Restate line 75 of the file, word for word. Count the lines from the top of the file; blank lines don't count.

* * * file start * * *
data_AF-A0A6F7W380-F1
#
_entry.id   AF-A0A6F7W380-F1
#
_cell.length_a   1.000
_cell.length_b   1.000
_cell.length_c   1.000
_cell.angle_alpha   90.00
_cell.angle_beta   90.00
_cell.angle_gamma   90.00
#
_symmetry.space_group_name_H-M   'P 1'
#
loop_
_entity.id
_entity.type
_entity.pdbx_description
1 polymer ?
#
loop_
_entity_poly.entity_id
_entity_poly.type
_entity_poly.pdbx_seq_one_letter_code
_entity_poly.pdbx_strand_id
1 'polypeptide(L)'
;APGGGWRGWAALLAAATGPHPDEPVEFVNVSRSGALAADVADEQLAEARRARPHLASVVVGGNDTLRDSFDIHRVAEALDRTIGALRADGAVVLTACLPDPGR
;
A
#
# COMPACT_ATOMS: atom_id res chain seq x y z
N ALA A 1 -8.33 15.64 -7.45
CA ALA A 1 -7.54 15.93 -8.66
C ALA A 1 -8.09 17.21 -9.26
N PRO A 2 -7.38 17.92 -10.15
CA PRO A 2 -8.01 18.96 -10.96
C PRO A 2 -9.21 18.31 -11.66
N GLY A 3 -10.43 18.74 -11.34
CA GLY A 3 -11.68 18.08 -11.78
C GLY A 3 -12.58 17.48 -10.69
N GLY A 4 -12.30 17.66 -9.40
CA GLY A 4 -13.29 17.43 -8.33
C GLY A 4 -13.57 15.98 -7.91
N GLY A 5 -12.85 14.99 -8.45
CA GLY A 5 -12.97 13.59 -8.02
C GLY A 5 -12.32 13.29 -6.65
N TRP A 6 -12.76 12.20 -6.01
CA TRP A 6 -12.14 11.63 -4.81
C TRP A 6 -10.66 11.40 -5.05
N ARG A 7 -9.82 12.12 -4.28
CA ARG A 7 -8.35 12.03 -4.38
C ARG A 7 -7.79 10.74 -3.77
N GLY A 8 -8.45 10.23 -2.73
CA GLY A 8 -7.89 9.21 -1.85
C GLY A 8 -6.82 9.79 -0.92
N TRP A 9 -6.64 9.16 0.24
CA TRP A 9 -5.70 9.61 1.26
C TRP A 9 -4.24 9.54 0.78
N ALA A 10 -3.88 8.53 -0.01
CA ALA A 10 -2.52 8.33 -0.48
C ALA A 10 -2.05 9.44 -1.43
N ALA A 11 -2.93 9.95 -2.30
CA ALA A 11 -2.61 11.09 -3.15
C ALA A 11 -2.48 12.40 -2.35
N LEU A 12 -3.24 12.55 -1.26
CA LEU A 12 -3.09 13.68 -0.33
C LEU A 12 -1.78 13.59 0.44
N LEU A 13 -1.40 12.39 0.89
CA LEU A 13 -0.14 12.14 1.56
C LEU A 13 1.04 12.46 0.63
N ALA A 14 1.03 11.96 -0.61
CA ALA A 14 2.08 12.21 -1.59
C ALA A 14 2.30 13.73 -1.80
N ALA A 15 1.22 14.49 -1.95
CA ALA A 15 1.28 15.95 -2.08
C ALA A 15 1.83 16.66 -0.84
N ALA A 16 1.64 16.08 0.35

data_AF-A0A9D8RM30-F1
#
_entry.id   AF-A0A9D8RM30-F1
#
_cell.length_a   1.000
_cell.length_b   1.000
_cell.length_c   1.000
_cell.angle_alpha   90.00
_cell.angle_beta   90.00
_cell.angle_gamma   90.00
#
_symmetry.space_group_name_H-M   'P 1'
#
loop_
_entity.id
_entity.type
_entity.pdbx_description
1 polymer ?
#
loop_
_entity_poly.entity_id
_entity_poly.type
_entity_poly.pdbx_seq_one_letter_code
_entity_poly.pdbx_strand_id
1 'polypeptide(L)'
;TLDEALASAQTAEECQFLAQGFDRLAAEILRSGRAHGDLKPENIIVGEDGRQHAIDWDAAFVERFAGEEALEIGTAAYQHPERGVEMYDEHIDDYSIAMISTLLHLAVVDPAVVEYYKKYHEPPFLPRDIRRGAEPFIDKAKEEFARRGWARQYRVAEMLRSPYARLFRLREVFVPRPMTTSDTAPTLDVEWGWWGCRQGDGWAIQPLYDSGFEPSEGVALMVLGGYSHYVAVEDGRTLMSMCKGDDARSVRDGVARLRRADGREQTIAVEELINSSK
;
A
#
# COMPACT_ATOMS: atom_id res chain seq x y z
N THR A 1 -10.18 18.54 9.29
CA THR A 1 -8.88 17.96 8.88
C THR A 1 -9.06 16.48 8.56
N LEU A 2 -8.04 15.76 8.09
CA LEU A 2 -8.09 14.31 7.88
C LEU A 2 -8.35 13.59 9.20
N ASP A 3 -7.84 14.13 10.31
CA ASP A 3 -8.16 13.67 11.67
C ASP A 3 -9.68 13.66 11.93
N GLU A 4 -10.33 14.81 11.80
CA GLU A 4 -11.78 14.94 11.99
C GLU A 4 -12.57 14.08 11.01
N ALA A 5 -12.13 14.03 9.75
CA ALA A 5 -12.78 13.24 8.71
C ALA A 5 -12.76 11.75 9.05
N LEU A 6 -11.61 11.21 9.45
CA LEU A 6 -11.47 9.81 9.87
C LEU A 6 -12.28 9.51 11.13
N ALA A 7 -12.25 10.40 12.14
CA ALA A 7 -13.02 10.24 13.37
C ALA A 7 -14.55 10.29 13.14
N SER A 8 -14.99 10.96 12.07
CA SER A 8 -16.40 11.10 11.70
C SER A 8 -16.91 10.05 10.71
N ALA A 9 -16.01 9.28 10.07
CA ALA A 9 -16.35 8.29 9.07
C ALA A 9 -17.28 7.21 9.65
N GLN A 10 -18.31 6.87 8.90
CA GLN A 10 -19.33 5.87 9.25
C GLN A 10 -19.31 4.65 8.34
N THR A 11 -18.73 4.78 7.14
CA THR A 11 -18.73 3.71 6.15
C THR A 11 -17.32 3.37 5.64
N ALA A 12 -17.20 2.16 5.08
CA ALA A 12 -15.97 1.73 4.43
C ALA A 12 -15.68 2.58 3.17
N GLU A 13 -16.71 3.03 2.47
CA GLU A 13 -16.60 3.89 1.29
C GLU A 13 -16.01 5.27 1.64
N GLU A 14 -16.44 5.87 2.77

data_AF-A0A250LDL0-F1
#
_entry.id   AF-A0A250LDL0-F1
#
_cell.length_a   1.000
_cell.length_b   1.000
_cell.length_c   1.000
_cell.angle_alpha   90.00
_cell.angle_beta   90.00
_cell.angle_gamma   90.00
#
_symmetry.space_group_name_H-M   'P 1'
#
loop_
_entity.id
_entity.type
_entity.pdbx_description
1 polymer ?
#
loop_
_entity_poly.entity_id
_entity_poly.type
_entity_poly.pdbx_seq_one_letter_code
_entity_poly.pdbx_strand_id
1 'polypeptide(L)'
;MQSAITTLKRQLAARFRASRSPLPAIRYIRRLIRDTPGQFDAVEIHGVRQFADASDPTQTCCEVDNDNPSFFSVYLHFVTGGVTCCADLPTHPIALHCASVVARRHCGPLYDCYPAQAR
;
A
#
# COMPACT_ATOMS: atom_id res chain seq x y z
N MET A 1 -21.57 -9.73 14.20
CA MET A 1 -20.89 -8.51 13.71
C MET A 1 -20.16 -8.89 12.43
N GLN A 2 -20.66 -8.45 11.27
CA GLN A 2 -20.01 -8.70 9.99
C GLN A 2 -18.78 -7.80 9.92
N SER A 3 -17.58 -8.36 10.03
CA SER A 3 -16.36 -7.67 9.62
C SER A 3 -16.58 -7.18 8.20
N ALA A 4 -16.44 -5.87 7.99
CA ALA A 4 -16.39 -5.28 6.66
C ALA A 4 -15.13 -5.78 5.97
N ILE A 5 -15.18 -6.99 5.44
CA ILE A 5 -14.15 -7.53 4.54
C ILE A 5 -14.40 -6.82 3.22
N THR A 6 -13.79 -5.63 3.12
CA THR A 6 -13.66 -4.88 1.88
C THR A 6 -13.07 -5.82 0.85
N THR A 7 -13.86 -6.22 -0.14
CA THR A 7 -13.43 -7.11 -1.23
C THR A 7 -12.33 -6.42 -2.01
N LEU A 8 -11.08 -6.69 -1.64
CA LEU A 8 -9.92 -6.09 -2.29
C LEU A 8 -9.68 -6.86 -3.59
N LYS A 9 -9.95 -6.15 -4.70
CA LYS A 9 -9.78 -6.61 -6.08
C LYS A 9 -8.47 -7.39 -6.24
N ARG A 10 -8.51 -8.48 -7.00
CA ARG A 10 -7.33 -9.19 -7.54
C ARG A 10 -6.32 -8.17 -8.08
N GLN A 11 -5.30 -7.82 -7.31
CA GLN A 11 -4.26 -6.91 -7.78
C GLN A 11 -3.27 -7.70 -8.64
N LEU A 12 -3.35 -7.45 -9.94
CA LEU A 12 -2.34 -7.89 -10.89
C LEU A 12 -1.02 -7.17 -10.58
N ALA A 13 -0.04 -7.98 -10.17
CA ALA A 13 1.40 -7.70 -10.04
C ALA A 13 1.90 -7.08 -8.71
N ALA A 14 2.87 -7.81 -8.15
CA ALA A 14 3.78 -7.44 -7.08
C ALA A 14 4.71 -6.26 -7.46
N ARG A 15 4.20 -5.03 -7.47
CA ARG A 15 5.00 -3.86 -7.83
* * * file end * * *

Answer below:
C ALA A 15 1.83 16.66 -0.84